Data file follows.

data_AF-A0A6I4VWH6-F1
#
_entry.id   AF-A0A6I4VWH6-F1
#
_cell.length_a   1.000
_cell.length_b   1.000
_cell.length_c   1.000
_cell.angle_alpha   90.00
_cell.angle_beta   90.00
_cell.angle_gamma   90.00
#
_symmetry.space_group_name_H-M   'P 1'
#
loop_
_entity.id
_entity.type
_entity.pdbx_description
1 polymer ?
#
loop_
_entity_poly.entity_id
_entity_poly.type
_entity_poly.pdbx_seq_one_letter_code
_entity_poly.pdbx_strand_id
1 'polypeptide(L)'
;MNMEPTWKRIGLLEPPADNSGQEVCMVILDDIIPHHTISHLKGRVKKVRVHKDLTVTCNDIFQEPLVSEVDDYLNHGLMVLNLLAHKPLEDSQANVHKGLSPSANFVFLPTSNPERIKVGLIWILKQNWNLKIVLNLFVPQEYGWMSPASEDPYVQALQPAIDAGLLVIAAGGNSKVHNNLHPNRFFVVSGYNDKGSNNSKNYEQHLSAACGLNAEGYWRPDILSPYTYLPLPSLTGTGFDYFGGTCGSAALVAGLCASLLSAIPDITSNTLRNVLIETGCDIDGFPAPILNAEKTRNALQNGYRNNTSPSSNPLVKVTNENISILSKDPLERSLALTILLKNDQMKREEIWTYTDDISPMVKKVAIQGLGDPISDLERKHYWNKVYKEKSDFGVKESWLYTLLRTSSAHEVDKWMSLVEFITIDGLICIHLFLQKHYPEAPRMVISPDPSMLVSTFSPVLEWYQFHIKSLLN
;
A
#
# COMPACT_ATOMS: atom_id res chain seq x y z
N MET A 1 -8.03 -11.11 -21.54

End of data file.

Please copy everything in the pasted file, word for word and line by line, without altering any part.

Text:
data_AF-A0A6I4VWH6-F1
#
_entry.id   AF-A0A6I4VWH6-F1
#
_cell.length_a   1.000
_cell.length_b   1.000
_cell.length_c   1.000
_cell.angle_alpha   90.00
_cell.angle_beta   90.00
_cell.angle_gamma   90.00
#
_symmetry.space_group_name_H-M   'P 1'
#
loop_
_entity.id
_entity.type
_entity.pdbx_description
1 polymer ?
#
loop_
_entity_poly.entity_id
_entity_poly.type
_entity_poly.pdbx_seq_one_letter_code
_entity_poly.pdbx_strand_id
1 'polypeptide(L)'
;MNMEPTWKRIGLLEPPADNSGQEVCMVILDDIIPHHTISHLKGRVKKVRVHKDLTVTCNDIFQEPLVSEVDDYLNHGLMVLNLLAHKPLEDSQANVHKGLSPSANFVFLPTSNPERIKVGLIWILKQNWNLKIVLNLFVPQEYGWMSPASEDPYVQALQPAIDAGLLVIAAGGNSKVHNNLHPNRFFVVSGYNDKGSNNSKNYEQHLSAACGLNAEGYWRPDILSPYTYLPLPSLTGTGFDYFGGTCGSAALVAGLCASLLSAIPDITSNTLRNVLIETGCDIDGFPAPILNAEKTRNALQNGYRNNTSPSSNPLVKVTNENISILSKDPLERSLALTILLKNDQMKREEIWTYTDDISPMVKKVAIQGLGDPISDLERKHYWNKVYKEKSDFGVKESWLYTLLRTSSAHEVDKWMSLVEFITIDGLICIHLFLQKHYPEAPRMVISPDPSMLVSTFSPVLEWYQFHIKSLLN
;
A
#
# COMPACT_ATOMS: atom_id res chain seq x y z
N MET A 1 -8.03 -11.11 -21.54